The College and the Optometry Schools Council (OSC) released a joint statement on supporting final-year students’ progression to the Scheme for Registration, commenting that the organisations “are working together to minimise the disruption caused by COVID-19 to optometry education provision and to enable optometry students to meet the requirements to enrol on the Scheme for Registration in 2020.”
The organisations confirmed they were developing plans “as a matter of urgency” to provide as smooth a transition as possible for graduating students and those on programmes integrating study and the scheme.
The College is developing plans to support all trainees’ progression through the Scheme for Registration during the exceptional circumstances created by COVID-19
The statement also included an explanation of arrangements the College is working to put in place.
This included reassurance that students or new graduates with any deficits in their patient episode numbers or clinical competencies that cannot be addressed due to the current disruption to their studies will be supported by universities and the College to demonstrate fulfilment of these requirements during the early stages of their pre-registration placement.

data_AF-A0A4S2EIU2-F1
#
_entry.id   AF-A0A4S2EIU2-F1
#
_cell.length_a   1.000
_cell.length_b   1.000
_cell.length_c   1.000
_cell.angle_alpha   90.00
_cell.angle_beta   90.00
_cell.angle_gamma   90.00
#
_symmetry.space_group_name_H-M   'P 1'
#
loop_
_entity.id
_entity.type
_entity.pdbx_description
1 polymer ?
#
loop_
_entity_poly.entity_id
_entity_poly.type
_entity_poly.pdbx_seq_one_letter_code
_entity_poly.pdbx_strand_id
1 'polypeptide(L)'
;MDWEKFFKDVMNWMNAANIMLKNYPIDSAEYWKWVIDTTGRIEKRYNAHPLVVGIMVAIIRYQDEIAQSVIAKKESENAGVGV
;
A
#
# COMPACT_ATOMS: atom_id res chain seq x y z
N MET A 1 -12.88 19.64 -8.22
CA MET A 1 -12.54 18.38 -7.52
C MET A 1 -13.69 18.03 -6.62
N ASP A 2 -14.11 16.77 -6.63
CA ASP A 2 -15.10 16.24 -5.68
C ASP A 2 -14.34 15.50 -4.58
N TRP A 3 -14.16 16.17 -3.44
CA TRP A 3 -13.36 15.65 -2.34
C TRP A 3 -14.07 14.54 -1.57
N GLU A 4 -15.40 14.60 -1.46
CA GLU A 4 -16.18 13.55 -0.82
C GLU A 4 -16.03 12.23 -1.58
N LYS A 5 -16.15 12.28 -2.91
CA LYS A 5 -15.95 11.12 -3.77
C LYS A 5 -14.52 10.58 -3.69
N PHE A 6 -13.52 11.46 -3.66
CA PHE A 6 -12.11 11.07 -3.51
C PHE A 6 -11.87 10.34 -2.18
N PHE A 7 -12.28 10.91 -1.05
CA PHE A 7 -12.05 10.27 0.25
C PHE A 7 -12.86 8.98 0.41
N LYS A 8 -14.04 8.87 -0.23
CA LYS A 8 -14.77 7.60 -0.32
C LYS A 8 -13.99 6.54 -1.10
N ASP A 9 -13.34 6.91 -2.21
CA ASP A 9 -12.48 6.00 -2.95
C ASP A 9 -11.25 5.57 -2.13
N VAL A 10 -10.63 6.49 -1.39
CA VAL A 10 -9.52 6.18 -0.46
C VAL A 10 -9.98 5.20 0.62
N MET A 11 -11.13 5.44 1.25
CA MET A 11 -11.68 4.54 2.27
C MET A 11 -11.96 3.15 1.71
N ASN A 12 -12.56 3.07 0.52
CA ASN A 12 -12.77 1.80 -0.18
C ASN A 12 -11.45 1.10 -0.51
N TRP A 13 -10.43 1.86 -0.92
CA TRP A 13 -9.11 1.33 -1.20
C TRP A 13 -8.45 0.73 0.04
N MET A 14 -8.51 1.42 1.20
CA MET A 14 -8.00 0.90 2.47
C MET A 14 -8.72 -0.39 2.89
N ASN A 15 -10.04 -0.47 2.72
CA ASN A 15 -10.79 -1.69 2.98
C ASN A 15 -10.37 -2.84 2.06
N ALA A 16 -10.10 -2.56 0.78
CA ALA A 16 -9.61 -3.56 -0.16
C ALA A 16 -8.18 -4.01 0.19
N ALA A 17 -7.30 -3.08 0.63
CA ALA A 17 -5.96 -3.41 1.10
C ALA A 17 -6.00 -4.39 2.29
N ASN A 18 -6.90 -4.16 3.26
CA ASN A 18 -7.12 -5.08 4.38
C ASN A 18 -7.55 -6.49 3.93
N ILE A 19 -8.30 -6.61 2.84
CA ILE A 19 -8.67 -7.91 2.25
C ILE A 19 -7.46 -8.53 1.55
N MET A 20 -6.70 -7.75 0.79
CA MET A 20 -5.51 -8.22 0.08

Another measure the organisations are working to put in place is that students with outstanding patient episode numbers or clinical competencies in 2020 will be eligible for the award of an optometry degree, providing their degree performance is at a 2:2 standard or above.
The College and universities will work with stakeholders – including supervisors, employers and College assessors – to ensure all parties, including patients and the public, can have confidence in the arrangements and feel supported in their implementation.
Universities will also work with the College to consider how new graduates can be appropriately supported in the transition to the Scheme for Registration, the organisations confirmed. “Recognising that there may be unavoidable gaps between individuals’ last contact with patients as undergraduate students and their enrolment on the Scheme,” they said.
More detailed plans will be released as they are developed, the associations said, with particular consideration being given for students on degree programmes into which the Scheme is integrated, and for those who enter the scheme via other progression routes.
“The College is developing plans to support all trainees’ progression through the Scheme for Registration during the exceptional circumstances created by COVID-19,” the College concluded.